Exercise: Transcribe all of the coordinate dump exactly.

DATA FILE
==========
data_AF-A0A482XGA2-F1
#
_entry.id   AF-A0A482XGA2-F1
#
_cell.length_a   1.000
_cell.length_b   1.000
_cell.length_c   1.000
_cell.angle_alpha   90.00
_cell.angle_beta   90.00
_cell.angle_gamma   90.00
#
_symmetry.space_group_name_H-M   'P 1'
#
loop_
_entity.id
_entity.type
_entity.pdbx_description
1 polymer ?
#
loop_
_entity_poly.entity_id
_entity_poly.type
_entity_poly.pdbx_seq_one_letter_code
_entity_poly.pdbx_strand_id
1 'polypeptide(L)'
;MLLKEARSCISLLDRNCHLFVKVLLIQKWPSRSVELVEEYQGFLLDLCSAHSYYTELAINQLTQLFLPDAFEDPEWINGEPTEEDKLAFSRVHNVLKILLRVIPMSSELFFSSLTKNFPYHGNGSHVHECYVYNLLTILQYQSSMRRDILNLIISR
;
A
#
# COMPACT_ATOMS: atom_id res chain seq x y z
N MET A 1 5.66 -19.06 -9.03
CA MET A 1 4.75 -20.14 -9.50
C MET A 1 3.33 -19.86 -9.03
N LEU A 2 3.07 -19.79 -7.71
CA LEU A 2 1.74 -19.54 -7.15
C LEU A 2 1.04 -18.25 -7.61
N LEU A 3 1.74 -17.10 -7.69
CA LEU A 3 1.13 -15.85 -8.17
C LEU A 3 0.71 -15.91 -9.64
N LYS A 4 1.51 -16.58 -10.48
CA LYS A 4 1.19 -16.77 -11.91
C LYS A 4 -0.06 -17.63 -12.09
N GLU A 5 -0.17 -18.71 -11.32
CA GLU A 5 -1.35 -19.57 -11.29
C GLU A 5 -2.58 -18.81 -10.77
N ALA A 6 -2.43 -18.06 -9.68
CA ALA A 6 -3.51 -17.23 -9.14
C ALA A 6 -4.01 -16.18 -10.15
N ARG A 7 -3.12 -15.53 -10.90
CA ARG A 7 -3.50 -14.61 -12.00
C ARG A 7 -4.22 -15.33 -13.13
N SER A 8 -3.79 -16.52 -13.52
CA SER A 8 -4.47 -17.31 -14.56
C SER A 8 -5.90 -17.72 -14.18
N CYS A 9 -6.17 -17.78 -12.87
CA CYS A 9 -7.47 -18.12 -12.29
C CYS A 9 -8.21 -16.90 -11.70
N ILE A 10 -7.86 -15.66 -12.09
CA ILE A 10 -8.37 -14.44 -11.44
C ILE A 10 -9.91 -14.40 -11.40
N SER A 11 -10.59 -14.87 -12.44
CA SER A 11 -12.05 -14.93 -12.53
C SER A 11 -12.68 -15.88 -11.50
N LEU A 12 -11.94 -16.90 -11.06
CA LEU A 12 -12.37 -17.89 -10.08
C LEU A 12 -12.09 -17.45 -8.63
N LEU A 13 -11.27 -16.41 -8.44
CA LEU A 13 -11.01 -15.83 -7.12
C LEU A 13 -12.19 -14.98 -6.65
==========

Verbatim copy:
data_AF-A0A482XGA2-F1
#
_entry.id   AF-A0A482XGA2-F1
#
_cell.length_a   1.000
_cell.length_b   1.000
_cell.length_c   1.000
_cell.angle_alpha   90.00
_cell.angle_beta   90.00
_cell.angle_gamma   90.00
#
_symmetry.space_group_name_H-M   'P 1'
#
loop_
_entity.id
_entity.type
_entity.pdbx_description
1 polymer ?
#
loop_
_entity_poly.entity_id
_entity_poly.type
_entity_poly.pdbx_seq_one_letter_code
_entity_poly.pdbx_strand_id
1 'polypeptide(L)'
;MLLKEARSCISLLDRNCHLFVKVLLIQKWPSRSVELVEEYQGFLLDLCSAHSYYTELAINQLTQLFLPDAFEDPEWINGEPTEEDKLAFSRVHNVLKILLRVIPMSSELFFSSLTKNFPYHGNGSHVHECYVYNLLTILQYQSSMRRDILNLIISR
;
A
#
# COMPACT_ATOMS: atom_id res chain seq x y z
N MET A 1 5.66 -19.06 -9.03
CA MET A 1 4.75 -20.14 -9.50
C MET A 1 3.33 -19.86 -9.03
N LEU A 2 3.07 -19.79 -7.71
CA LEU A 2 1.74 -19.54 -7.15
C LEU A 2 1.04 -18.25 -7.61
N LEU A 3 1.74 -17.10 -7.69
CA LEU A 3 1.13 -15.85 -8.17
C LEU A 3 0.71 -15.91 -9.64
N LYS A 4 1.51 -16.58 -10.48
CA LYS A 4 1.19 -16.77 -11.91
C LYS A 4 -0.06 -17.63 -12.09
N GLU A 5 -0.17 -18.71 -11.32
CA GLU A 5 -1.35 -19.57 -11.29
C GLU A 5 -2.58 -18.81 -10.77
N ALA A 6 -2.43 -18.06 -9.68
CA ALA A 6 -3.51 -17.23 -9.14
C ALA A 6 -4.01 -16.18 -10.15
N ARG A 7 -3.12 -15.53 -10.90
CA ARG A 7 -3.50 -14.61 -12.00
C ARG A 7 -4.22 -15.33 -13.13
N SER A 8 -3.79 -16.52 -13.52
CA SER A 8 -4.47 -17.31 -14.56
C SER A 8 -5.90 -17.72 -14.18
N CYS A 9 -6.17 -17.78 -12.87
CA CYS A 9 -7.47 -18.12 -12.29
C CYS A 9 -8.21 -16.90 -11.70
N ILE A 10 -7.86 -15.66 -12.09
CA ILE A 10 -8.37 -14.44 -11.44
C ILE A 10 -9.91 -14.40 -11.40
N SER A 11 -10.59 -14.87 -12.44
CA SER A 11 -12.05 -14.93 -12.53
C SER A 11 -12.68 -15.88 -11.50
N LEU A 12 -11.94 -16.90 -11.06
CA LEU A 12 -12.37 -17.89 -10.08
C LEU A 12 -12.09 -17.45 -8.63
N LEU A 13 -11.27 -16.41 -8.44
CA LEU A 13 -11.01 -15.83 -7.12
C LEU A 13 -12.19 -14.98 -6.65